Guest Blogger: Isabel Nowak Anthropology Major C’23, “The History of Beaver Dam”

Isabel Nowak is a junior anthropology student at Davidson College. In spring 2021, they spearheaded archival research in Dr. Maxime Lamoureux-St-Hilaire’s Ethical Archaeology seminar which investigated the silenced history of Beaver Dam Historical Park.

Hello! My name is Isabel Nowak, and Spring semester 2021, I was enrolled in a seminar with Dr. Maxime Lamoureux-St-Hilaire where my peers and I investigated the local Beaver Dam historical park. Beaver Dam’s history isn’t super well-publicized, so I thought I’d share some of it here.

 The first major player in our story is William Lee Davidson, not to be confused with his father General William Lee Davidson, who died in the Battle of Cowan’s Ford a month after his son’s birth in 1781. In 1808, Davidson purchased 451 acres on Beaver Dam Creek (hence the name of the property), where he established a plantation. The actual house that still stands today was not completed until 1829.

 Sometime between October 1847 and December 1848, William Lee Davidson moved to Alabama, and in preparation, he sold his tract on Beaver Dam Creek to Joseph Patterson, who moved in with his wife and son. Patterson died suddenly in 1858, and his son John subsequently inherited the property. The Pattersons were gone by 1880, and following decades were full of exchanges (usually to settle debt), and over time, the property was divided up.

In 1937, then-owner Caldwell Hovis sold 8.5 acres consisting of the plantation house and immediate area to Dr. Chalmers G. Davidson, who restored the house from 1945 to 1975, when he moved in. The house was listed as a Charlotte-Mecklenburg Historic Site in 1977 and placed on the National Register of Historic Places in 1979.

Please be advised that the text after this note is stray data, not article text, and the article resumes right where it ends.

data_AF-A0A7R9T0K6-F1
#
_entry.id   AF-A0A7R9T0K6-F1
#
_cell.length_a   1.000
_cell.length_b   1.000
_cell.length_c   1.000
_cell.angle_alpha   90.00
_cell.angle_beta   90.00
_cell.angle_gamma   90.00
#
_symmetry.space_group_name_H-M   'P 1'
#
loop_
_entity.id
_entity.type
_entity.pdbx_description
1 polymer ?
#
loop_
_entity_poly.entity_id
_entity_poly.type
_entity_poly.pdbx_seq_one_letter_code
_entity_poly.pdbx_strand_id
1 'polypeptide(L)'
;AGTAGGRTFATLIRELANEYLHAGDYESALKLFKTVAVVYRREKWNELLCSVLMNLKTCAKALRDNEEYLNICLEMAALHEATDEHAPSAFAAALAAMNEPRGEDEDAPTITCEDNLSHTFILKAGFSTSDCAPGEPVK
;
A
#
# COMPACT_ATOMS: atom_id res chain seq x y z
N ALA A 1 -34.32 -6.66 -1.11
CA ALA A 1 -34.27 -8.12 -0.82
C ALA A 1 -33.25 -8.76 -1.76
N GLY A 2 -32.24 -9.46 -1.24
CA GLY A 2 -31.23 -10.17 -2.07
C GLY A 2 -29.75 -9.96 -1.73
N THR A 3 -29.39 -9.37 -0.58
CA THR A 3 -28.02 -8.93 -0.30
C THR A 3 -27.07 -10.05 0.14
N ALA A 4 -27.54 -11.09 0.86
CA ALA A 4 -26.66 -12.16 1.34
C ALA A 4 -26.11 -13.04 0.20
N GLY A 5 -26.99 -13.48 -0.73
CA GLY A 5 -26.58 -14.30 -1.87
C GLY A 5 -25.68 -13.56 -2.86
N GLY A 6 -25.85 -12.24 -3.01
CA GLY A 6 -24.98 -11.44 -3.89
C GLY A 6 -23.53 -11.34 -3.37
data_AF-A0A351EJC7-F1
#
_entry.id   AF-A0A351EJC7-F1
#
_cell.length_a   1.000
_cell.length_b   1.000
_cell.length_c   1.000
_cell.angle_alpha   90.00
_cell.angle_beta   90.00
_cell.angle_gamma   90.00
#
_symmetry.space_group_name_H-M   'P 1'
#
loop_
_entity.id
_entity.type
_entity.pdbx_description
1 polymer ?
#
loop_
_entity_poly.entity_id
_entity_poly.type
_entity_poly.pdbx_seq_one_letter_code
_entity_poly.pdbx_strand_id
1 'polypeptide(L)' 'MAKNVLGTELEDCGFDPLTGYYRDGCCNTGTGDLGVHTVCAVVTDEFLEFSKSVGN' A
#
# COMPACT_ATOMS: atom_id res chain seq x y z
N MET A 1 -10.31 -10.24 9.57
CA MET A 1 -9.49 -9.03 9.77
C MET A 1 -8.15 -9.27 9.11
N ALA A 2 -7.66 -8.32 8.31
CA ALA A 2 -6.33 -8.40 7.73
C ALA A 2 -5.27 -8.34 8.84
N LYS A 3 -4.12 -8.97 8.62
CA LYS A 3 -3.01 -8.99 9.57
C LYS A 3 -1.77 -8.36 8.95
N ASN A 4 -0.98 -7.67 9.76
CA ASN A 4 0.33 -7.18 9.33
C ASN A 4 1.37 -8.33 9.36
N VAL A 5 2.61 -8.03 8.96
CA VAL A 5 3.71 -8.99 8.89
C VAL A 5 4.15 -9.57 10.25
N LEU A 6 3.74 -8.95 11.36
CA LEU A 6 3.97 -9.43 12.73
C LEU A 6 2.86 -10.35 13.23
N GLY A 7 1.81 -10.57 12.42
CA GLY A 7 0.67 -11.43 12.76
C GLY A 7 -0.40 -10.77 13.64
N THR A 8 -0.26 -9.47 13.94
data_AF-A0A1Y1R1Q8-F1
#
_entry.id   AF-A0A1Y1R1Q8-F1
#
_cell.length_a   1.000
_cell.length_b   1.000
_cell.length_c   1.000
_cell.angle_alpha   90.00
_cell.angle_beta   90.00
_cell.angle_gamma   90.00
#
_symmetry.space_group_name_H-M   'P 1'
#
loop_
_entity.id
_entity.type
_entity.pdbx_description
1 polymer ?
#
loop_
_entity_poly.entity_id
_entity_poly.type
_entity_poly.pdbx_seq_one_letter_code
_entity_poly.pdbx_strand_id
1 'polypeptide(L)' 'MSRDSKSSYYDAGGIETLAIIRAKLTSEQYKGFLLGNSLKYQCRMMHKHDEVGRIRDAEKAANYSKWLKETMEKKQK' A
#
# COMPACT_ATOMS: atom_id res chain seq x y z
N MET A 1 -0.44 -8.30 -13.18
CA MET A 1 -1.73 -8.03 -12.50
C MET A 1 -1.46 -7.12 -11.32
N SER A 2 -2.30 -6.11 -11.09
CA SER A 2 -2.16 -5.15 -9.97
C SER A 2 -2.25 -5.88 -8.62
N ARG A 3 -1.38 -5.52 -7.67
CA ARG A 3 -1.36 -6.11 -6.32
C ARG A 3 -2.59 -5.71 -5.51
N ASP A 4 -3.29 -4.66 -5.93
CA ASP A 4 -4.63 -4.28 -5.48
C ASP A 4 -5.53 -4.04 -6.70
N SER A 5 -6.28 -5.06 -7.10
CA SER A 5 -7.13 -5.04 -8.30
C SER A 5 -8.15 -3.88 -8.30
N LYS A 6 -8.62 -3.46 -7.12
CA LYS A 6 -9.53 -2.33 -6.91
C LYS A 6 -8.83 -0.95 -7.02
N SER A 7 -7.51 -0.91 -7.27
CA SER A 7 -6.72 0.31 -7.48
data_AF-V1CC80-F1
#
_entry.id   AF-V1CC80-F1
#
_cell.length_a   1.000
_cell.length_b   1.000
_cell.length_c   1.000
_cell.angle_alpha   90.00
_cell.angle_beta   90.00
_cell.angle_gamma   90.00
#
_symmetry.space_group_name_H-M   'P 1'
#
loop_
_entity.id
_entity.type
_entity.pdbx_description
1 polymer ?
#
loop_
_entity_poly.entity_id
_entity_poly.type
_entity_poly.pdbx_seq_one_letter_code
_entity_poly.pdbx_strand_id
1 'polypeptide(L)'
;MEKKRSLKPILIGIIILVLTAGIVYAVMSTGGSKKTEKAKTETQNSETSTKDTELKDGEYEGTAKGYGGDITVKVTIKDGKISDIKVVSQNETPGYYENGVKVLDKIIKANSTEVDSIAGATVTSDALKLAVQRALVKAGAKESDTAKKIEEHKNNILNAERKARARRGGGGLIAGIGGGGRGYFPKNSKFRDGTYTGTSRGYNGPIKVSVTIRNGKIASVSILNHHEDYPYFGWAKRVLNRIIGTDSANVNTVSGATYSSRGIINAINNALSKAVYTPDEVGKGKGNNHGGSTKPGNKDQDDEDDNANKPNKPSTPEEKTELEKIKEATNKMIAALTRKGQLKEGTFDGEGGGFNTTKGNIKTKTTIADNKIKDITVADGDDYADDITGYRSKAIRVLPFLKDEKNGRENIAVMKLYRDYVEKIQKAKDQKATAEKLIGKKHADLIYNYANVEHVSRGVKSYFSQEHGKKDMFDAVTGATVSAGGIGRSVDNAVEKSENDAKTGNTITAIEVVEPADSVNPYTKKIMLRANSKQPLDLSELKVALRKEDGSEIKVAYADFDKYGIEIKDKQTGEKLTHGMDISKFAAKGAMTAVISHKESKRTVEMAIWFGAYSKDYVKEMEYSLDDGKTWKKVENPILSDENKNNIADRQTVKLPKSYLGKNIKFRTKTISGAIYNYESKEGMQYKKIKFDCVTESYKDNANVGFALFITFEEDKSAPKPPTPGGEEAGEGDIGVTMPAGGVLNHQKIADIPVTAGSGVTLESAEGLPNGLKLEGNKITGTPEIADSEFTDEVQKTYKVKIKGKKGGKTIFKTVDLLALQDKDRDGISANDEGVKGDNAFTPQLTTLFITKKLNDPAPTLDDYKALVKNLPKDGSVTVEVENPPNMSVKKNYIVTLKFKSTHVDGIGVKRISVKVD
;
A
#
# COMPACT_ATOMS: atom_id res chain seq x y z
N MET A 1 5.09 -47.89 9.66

Davidson College purchased the house and 8 acres of the adjoining lands in 1998 due to the land’s significance to the college’s past. Indeed, in 1935 a committee of the Concord Presbytery met at the plantation house and decided on the location of what came to be Davidson College, named after William Lee Davidson’s father, General William Lee Davidson. However, not many sources mention Beaver Dam’s darker history.

Excerpt of the Will of William Lee Davidson including a list of enslaved people.
List of enslaved people held by Joseph Patterson

Jim, Linda, Aaron, Martha, Jim, Sarah, Harriet, Horace, John, Phebe, Rose, and Amy. Jane, Darky, Tilly, Lee, Taylor, Frances, Dallas, and Mary. These are the enslaved peoples referred to by name in the will/probate records of William Lee Davidson and Joseph Patterson respectively. According to census records corresponding to years he occupied Beaver Dam, William Lee Davidson owned 15 slaves in 1820, 21 in 1830, and 26 in 1840. Joseph Patterson owned 25 slaves by 1850. We don’t know a lot about the enslaved people that lived and worked on the Beaver Dam plantation. There are no written records of most of them. But, hopefully, this investigation into Beaver Dam will raise awareness of its history, and the people who lived and died there.

Speak Your Mind

*